On a stretch of Dunsmuir Avenue in downtown Cumberland, there are two properties that point to the community’s past and its potential future.
At 2723 Dunsmuir stands the old King George Hotel, a fixture downtown for much of the community’s history.
Right next door, work has started on a new multi-family, mixed-used building that highlights some future questions around densification and affordable housing.
To help the community as it grows while trying to maintain its historic character back to its early mining days, a couple of community planning students from Vancouver Island University spent time this past year doing practicum work on some kind of project or problem.
Statement of Significance
Neethu Syam was focused on completing a Statement of Significance for the King George Hotel. These statements describe the historic, social and cultural values of the heritage feature.
“The King George Hotel is valued as a place of shared memories and is tangible evidence of Cumberland’s social and cultural landscape,” she told council during a recent committee meeting.
She discussed some of the building’s design elements, such as the old sign, the facade, original windows and multi-pane French doors on the second storey.
“This two-storey hotel has four important heritage values,” she said, citing its historical, architectural, social and cultural importance to the community over the years.
Syam outlined some of its history since being built more than century ago and its several iterations, such as a fire in 1933 after which it had to be rebuilt. She touched on some of the uses including its function as a government liquor store for many years. The hotel closed in 2014.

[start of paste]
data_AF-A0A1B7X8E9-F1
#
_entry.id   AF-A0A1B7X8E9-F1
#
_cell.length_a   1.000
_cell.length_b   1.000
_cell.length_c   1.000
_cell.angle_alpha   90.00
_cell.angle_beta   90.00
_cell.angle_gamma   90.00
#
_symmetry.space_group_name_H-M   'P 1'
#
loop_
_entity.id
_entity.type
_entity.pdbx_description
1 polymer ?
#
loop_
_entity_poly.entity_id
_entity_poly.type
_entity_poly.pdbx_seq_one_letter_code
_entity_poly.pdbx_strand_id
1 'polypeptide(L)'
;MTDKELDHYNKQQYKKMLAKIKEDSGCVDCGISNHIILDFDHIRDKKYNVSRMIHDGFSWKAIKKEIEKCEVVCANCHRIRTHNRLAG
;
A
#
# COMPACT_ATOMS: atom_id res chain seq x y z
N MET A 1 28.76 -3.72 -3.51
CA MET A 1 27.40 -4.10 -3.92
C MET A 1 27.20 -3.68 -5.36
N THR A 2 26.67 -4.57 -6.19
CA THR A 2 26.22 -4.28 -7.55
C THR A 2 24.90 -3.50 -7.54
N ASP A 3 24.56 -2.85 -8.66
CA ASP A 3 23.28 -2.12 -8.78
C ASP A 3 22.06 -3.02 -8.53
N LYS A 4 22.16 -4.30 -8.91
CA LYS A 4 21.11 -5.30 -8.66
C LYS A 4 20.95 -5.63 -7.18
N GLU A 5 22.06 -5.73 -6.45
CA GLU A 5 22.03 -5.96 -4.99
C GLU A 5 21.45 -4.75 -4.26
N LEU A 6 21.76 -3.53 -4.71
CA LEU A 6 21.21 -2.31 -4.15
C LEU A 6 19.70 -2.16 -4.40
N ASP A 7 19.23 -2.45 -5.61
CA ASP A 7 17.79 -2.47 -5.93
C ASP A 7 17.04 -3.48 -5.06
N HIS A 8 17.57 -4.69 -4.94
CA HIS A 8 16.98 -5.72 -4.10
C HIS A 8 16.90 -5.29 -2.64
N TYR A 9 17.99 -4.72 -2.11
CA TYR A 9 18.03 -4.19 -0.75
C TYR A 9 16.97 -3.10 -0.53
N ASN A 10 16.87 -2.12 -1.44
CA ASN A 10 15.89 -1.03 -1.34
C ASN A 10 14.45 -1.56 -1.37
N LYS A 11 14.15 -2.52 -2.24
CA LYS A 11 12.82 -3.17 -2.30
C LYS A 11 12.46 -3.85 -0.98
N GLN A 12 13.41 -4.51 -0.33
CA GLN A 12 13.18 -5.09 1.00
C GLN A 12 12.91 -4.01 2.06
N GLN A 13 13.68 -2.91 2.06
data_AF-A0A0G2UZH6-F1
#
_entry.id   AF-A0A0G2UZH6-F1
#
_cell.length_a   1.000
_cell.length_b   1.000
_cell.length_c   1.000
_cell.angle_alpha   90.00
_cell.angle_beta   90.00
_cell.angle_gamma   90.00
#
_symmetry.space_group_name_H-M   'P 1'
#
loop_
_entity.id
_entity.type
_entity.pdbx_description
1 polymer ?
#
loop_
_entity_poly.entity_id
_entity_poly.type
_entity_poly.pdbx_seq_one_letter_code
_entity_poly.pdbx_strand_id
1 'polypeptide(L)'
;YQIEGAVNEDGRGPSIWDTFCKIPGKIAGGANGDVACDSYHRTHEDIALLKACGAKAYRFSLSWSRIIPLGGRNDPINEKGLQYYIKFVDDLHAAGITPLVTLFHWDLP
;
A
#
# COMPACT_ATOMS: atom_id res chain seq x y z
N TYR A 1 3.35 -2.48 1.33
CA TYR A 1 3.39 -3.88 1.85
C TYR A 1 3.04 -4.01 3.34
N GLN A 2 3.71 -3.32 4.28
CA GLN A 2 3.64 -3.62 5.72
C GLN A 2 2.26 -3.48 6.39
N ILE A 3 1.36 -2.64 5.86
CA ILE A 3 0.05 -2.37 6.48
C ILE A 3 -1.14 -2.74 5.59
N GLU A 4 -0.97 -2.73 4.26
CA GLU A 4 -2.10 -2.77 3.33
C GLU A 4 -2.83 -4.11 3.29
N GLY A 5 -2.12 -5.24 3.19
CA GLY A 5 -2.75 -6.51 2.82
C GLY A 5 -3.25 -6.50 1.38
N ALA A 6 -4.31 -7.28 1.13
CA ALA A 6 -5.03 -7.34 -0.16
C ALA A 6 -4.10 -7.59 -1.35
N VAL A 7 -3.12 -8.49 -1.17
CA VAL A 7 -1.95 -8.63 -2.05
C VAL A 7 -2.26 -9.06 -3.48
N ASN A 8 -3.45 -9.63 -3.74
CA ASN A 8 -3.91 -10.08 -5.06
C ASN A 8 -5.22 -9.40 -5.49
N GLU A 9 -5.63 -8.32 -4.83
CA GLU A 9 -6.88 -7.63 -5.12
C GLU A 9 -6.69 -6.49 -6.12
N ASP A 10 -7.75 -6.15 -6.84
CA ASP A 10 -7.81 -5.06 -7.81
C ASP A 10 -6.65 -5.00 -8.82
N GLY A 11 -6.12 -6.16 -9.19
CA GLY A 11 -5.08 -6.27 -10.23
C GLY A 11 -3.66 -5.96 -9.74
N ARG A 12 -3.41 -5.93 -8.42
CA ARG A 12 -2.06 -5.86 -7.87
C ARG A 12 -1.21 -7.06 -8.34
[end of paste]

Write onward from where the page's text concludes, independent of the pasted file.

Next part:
She attended meetings of the heritage committee, consulted sources for her research such as the local archives and interviewed residents with knowledge about the hotel’s historic, social and cultural value to Cumberland.
While the other VIU student, Jacob Burnley, was not researching any particular property, the mixed-use building now being erected next to the King George is an example of downtown densification.
“Currently, the Village of Cumberland has a density bonus in some of its zones,” Albert said.
Burnley’s role was to compare what other communities are doing about densification as well as the obstacles to these kinds of developments. Specifically, he was looking at density bonuses for developers and community amenity contributions for the village commercial mixed-use zone (VCMU).
An example would be providing some kind of investment incentive such as allowing more units to be built on a site, especially if some units are sold below market value to provide more affordable housing.
Burnley looked at communities such as Burnaby, New Westminster, Campbell River and Parksville, though as he pointed out these are all larger than Cumberland, so making a comparison can be difficult.
From his other research, he found that bonuses may not work across whole zones but might be better applied on a site-specific basis, though this approach can be costlier for local governments to manage. He also pointed out such measures can work for non-profit housing projects, such as one in Campbell River, and suggested next steps for the village such as working with an outside land economist.
“In terms of realizing the potential, it’s not all bad news here,” he said.